One could see The Girl with the Dragon Tattoo as a reversal of the normal sexual paradigm, as Lisbeth is the mysterious, attractive, and powerful stranger while Blomkvist is the well-intentioned damsel in distress. I suspect this was something the author of the original novel intended. The author, deceased now, was a journalist himself, and it's part of the reason I mainly see the film as a sort of passive man's fantasy. Here's a man who not only doesn't need to fantasise about being the hero for the woman he's attracted to, he enjoys fantasising about being saved by the heroic woman, who's dangerous but also vulnerable and irresistibly drawn to him for not really any perceivable reason, especially since the film seemed to be indicating up to that point that Lisbeth preferred women.
I don't feel any of the violence, including the rape, ought to be taken as the violence in, say, Schindler's List. This is meant to be torrid fun, from a country more comfortable including sexual violence under the exploitative umbrella of movie violence. In any case, effective rape scenes are extremely difficult, especially for the viewer who might be attracted to the victim, because here the filmmaker has to work harder than usual in making the viewer forget he or she is actually watching two consenting adults simulate sex for a movie. The Girl with the Dragon Tattoo didn't fumble it totally like Zack Snyder's Watchmen--unlike Snyder's film, there are no shots from the rapist's POV, and effort isn't made to make Lisbeth sexy to the audience in these scenes--we get close-ups of her face instead and the emphasis is on the ugliness of what she's experiencing. The less shown onscreen, the better, when it comes to making an audience take a fictional sexual assault seriously. The more matter the artist supplies, the more implicitly artificial it is, unless the artist in question is extraordinarily gifted (see Blue Velvet).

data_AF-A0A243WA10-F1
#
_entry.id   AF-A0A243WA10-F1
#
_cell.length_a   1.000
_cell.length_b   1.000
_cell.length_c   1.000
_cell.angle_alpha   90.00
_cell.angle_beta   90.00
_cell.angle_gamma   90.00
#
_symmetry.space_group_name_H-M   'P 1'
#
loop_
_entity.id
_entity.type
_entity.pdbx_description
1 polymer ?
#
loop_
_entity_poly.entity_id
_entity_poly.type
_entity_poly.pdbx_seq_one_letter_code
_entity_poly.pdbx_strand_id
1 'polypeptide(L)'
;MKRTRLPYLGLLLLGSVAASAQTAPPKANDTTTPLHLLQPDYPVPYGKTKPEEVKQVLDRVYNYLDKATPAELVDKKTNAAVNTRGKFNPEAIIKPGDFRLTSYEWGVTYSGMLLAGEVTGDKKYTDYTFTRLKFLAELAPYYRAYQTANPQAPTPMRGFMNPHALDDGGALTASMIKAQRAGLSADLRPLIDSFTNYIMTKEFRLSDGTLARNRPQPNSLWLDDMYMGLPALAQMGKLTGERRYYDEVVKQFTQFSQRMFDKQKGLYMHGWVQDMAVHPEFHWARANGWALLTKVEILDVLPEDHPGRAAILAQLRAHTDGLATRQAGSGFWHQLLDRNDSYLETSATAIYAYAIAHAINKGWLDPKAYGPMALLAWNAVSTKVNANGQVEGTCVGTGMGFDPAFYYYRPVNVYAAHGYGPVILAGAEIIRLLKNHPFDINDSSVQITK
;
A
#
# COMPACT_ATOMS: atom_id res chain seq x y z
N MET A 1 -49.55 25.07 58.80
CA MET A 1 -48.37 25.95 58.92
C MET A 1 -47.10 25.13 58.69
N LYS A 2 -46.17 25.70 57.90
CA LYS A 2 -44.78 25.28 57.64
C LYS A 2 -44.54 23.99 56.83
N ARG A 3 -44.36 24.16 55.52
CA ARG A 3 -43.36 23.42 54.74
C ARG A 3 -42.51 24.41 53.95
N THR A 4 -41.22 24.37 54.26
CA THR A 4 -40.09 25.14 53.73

Those scenes in The Girl with the Dragon Tattoo never really come off for me, but the murder mystery was engaging enough to keep my interest for the whole film, and as a fantasy action woman, Noomi Rapace is exceptionally good. Though I was kind of annoyed by how she was given progressively less makeup in the movie;
I feel worse to-day, but for different reasons. I woke up at 5:40am with a strong feeling of nausea that came and went, keeping me up to sunrise. I then ate breakfast and went back to bed, when I sort of slept. I went for a walk to-day, still not escaping the nausea, and finally stopped at the clinic to make an appointment to see a doctor on Tuesday. I figure I can always cancel if I feel better by then. My chest isn't hurting too badly to-day, and I'm hoping the nausea may simply be from the miso soup I had yesterday.
I saw the egret again when I went walking to-day;